Since I have had an iPhone for work, I have not felt the need to upgrade my personal technology. It was adequate – I could text and call, but I did not really need it, and since I am pretty frugal about my utility bills, I did not want to pay for an unnecessary data plan. But now that I’m 5 weeks out from leaving my corporate job, it is time to upgrade and get all of my important data and contacts migrated over.
It’s such a pain though, isn’t it? That is the reason I have not yet done it. Every time I upgrade to a new platform, I seem to lose 10-20% of the useful stuff. I really want to preserve my meditation app, Insight Timer, but I am trying to figure out if I can move it from the work phone to the personal. I guess I probably need to connect my iTunes app to my personal email rather than my work.
Seems like this process could take a lot of steps. Oy.
Well, I have real work to do this morning, and I will spend the afternoon on figuring out my tech upgrade. It makes sense that I give myself the proper time to adjust to the new system, figure out how it works, and make sure I’ve got what I need well in advance of my exit timeline.
I’m gonna keep this post short because I want to devote time to wrapping work things up before the weekend. If you have any advice on upgrading platforms, or migrating things (like my Audible App or the Podcasts App) so you do not lose things that you use all the time, please let me know!
We are not going to solve a broken health care system with a food system that is poisoning our population. Until we begin to understand that sugar, flour and other processed and “powdered” foods are killing us, and that we are addicted to them, both systems will remain broken.
When I began to understand the role that food was playing in my life as a comfort mechanism and a way to “medicate” my emotions, I started waking up to what I needed to do in order to promote vitality and health in my life.
What I see in our national discourse is a lack of understanding of how privilege and knowledge function in keeping some people focused on their next meal, rather than on the future they can build.
I love personal empowerment literature and believe many of us can control our destinies because of the choices we can make. But there are systemic problems in our schools, communities, cities, states and the world that do not allow every person with high potential to thrive.
Hidden Brain replayed an episode on the scarcity trap a few weeks ago, on the problem we have of the “tunnel vision” that develops when we are desperate for something. We spend our time and mental energy focusing on the scarce item item (whether it is food, or time, or health) so obsessively that there is little time for anything else.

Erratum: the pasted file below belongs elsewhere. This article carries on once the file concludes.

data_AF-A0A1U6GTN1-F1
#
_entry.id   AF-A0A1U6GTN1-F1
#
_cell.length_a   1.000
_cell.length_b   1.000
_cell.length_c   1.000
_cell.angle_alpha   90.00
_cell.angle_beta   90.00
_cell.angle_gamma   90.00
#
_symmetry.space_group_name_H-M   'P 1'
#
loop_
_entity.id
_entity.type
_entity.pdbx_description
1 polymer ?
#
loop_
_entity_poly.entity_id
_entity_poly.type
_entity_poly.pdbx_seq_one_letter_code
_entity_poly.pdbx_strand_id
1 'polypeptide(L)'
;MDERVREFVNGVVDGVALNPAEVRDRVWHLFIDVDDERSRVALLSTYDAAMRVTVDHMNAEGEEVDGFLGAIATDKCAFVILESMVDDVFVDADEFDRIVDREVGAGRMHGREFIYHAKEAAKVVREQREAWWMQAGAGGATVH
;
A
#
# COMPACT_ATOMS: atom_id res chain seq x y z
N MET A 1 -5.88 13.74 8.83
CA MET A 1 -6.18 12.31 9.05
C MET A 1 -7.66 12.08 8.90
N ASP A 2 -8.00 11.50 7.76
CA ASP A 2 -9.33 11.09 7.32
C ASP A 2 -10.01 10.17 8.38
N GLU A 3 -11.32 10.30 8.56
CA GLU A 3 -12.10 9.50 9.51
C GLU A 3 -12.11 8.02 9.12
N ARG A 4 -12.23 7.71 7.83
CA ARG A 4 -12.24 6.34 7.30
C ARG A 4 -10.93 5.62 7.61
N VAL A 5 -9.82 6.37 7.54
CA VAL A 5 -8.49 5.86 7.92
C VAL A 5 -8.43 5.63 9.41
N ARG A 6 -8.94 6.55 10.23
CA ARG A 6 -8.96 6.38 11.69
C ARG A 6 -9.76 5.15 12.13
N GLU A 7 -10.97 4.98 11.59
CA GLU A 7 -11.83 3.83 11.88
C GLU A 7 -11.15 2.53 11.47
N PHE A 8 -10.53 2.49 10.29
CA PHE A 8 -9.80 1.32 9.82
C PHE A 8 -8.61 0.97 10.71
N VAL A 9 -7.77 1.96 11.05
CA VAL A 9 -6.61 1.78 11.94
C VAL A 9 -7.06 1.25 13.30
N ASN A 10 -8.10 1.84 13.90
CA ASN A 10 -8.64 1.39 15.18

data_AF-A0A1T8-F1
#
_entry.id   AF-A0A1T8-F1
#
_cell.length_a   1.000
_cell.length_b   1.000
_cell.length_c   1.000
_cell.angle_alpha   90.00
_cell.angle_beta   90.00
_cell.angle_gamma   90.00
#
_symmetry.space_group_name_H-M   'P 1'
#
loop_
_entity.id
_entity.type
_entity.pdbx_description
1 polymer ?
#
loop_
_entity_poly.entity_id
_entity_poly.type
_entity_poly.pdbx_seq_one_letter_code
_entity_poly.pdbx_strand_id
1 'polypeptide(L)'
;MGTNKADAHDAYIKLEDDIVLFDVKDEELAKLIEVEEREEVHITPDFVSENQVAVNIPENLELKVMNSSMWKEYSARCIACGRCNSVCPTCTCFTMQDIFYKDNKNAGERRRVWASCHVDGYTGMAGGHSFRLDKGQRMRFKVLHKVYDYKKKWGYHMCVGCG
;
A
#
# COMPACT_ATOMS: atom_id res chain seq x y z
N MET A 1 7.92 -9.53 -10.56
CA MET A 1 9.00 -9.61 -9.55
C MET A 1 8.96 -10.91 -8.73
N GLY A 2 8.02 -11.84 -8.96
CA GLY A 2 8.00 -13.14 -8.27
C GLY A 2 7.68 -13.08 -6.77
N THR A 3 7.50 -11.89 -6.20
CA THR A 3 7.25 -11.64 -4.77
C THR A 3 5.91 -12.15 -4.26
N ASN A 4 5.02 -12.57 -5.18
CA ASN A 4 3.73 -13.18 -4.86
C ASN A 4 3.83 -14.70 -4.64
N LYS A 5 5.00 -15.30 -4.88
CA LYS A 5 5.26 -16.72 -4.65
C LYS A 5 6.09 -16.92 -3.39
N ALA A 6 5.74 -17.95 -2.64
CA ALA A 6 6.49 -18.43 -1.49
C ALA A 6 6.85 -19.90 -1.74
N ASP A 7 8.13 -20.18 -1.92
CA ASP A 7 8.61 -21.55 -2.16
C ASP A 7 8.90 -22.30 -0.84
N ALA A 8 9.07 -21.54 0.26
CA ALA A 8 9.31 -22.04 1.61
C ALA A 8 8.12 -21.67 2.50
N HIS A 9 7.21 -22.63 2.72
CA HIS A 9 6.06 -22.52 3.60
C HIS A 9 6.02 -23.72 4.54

But really then we have a scarcity of insight, because we focus so strongly on the current problem that we are unable to see the bigger picture. We are unable to make good decisions for the long-term because all we see is the lack, the need. We may sacrifice long-term rewards because we are stuck in that cycle of lack.
When people feel they lack power over their own lives, they make decisions that may not be in their own best interest. They fall back on “what they know” rather than trying something that may feel risky to them, or that could jeopardize what they do have.
Taking good care of our health and well-being is not something we see modeled for us in this culture of “busy-ness as a status symbol” (thank you Brene, Brown). It is indeed a radical act of self-love and self-compassion to attend to our wellness regularly and without apology.
Taking in only what nourishes us and rejecting or minimizing anything that depletes us is the way to true health and lasting joy. For those of us with enough privilege to know where our next meals are coming from, and who have decent health care and a good support system, we have amazing power to choose in our lives.
Let us now empower those around us to get what they need as well. In a country of plenty, what if nobody lacked basic necessities such as food and health care? Imagine the explosion of creativity and innovation that could exist if we could empower every person to live up to their full potential.